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Golden Triangle opium cultivation rises as prices double February 2, 2009 - Earth Times
Bangkok - A hike in opium prices in South-East Asia led to a slight increase in poppy cultivation in the Golden Triangle last year, a UN report released Monday said. "We have an increase in cultivation, which is worrying because it implies an intent to produce more," said Gary Lewis, the regional representative of the United Nations Office on Drugs and Crime.
The UN's latest report on cultivation in the Golden Triangle - which consists of parts of Laos, Myanmar and Thailand and accounts for 5 per cent of the world's opium supply - said the region produced 424 tons of opium last year, down from 472 tons in 2007.
But land under poppy cultivation increased by nearly 1,000 hectares to 33,388 hectares, a trend that worried the United Nations as it has promoted a multimillion-dollar crop-substitution programme in the Golden Triangle for more than a decade.
"Opium prices are rising in the region, and that is an incentive for farmers to plant more," Lewis said.
The region was the world's largest producer of opium and heroin more than two decades ago but has since been dwarfed by Afghanistan's output.
Declining opium output in South-East Asia led to a segmentation of the world market, with addicts in the region paying three to 10 times more for opium than the going price in Afghanistan, the UN said.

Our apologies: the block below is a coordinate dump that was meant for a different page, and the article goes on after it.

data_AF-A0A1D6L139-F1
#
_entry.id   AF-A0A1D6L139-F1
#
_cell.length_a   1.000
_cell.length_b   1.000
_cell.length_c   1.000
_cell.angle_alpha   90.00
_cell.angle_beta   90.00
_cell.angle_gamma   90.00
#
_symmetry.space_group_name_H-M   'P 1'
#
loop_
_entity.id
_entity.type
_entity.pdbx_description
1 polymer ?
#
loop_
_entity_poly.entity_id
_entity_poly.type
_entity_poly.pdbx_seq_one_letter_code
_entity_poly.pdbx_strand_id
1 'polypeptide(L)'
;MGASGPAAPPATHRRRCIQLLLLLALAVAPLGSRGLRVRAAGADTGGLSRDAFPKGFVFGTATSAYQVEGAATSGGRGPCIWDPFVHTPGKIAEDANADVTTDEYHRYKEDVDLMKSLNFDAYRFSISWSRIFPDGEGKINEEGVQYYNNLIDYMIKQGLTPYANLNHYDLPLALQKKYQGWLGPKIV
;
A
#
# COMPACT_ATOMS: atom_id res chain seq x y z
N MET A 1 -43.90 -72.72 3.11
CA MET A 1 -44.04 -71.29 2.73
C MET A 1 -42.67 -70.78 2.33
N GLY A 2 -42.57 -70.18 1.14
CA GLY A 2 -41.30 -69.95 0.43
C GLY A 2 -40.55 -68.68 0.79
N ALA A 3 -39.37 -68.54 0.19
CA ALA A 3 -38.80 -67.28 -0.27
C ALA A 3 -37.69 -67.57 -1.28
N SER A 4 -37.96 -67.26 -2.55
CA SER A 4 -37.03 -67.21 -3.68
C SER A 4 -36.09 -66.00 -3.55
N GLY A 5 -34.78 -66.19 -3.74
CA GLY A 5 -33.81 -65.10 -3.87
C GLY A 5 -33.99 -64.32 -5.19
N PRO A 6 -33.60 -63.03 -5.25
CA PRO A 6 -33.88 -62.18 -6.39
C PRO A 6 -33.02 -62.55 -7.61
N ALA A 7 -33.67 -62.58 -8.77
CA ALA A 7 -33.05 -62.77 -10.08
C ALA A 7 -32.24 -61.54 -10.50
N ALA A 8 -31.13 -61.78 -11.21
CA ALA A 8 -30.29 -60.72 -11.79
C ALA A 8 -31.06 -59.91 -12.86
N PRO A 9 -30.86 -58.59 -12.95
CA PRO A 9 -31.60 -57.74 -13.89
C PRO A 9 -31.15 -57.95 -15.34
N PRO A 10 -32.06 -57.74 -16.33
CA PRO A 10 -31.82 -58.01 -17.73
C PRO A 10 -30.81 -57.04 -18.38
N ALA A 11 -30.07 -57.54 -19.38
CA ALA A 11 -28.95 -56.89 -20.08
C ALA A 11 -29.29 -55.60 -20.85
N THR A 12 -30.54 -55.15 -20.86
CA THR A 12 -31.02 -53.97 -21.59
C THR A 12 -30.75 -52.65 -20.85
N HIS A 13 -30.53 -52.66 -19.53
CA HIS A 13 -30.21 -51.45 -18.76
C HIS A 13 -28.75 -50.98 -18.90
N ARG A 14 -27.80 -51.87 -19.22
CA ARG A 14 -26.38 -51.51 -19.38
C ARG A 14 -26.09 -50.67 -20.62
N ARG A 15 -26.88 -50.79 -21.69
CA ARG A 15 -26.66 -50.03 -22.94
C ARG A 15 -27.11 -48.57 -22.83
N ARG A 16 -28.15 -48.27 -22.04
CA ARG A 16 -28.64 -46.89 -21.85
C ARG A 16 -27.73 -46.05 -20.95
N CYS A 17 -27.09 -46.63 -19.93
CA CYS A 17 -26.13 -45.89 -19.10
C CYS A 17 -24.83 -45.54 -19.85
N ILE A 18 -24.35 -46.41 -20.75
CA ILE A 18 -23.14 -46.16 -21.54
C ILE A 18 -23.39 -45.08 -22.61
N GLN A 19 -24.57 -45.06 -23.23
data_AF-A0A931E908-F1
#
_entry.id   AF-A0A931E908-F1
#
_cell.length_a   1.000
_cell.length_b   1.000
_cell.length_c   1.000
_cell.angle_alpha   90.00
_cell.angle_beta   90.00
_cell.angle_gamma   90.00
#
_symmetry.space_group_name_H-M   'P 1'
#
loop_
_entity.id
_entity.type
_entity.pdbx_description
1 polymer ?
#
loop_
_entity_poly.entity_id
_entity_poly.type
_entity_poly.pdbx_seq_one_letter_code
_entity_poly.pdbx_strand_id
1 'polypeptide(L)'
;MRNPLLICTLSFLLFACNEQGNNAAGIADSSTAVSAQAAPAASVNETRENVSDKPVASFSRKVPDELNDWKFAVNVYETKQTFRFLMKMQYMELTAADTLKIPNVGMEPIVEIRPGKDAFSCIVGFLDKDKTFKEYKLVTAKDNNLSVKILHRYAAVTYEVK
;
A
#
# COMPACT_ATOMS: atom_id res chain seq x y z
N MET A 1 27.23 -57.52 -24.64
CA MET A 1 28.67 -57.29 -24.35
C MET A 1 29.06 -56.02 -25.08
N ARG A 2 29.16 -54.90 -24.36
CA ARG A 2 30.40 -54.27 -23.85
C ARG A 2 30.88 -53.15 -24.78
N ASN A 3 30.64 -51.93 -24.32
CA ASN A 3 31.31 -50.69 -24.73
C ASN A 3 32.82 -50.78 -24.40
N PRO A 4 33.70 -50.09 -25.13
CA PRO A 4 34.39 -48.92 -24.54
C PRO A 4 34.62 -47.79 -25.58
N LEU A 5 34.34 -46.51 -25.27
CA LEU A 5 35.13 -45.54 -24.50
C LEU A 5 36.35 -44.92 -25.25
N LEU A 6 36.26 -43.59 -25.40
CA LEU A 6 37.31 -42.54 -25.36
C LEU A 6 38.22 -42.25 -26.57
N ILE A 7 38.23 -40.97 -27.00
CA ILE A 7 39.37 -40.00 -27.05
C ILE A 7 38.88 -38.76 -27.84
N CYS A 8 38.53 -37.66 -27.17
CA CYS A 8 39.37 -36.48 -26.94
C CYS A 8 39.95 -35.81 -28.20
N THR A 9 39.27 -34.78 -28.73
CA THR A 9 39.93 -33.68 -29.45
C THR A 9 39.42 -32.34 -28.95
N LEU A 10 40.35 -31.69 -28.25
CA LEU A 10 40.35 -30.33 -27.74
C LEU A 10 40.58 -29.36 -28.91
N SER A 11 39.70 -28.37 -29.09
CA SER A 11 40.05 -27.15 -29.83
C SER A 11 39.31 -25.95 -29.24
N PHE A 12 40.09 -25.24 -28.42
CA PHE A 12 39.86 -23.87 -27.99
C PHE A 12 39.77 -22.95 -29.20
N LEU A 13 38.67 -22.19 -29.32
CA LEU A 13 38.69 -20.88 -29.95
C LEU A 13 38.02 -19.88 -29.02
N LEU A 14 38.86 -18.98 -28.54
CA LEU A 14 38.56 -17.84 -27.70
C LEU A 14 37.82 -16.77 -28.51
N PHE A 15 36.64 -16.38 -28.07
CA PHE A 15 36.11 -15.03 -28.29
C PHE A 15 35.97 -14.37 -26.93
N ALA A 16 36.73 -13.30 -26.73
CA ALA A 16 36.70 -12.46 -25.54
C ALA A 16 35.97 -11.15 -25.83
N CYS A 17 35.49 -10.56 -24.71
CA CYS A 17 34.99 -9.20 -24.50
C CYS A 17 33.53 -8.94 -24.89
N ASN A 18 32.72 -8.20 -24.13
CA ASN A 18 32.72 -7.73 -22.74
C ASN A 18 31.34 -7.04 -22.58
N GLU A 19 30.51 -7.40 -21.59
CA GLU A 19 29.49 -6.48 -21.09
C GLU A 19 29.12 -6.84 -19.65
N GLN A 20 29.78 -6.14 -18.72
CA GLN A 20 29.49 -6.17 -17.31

"In 1998, the price of opium in Laos was 68 dollar per kilo," said Leik Boonwaat, the UN office's representative for Laos. "We have seen an increase to 500 dollar per kilo in 2005 and more than double by 2008 to 1,227 dollars."
Myanmar, also known as Burma, remains the main producer of opium in the region, accounting for 410 of the 424 tons produced last year.
Most is grown in the Shan state in north-eastern Myanmar, a region that is largely under the control of insurgents who have signed ceasefires with the ruling junta.
Prices paid to farmers for opium have increased in Myanmar as well, prompting producers to cultivate an additional 800 hectares of poppies in 2008.
"We have seen an increase in prices in Myanmar from 2004 to 2008 with prices known to have doubled from 153 dollar per kilo to 300 per kilo, compared with the farm gate price of 97 dollars per kilo in Afghanistan," Leik said.
Vietnam, which is virtually free of poppy cultivation, remained the largest regional market for the drug.
"There is a big population in Vietnam of 160,000 drug addicts, and that is the main target for the drug trafficking," Leik said.
Rising addiction tends to go hand in hand with rising poppy cultivation and trafficking, he noted.
The UN report cited an increase in heroin addiction in the Golden Triangle's border regions, where villagers have been recruited as "mules" to carry heroin to neighbouring countries.
"What we are seeing is that in the border regions where there are ethnic minority groups, certain villagers have been taught to inject drugs, mainly heroin, to make them dependent on drugs," Leik said. "Then they are used as heroin mules to carry heroin to neighbouring countries."
The huge gap in prices fetched for heroin in South-East Asia and South Asia suggests a fragmentation of the drug market that might be exploited in the future, the United Nations said.
"The upward trend of opium prices in South-East Asia is in sharp contrast to the falling prices on Afghanistan, the world's largest opium-producing country, suggesting that the markets of South-East Asia and south-west Asia may not be, as yet, closely linked," the UN report said.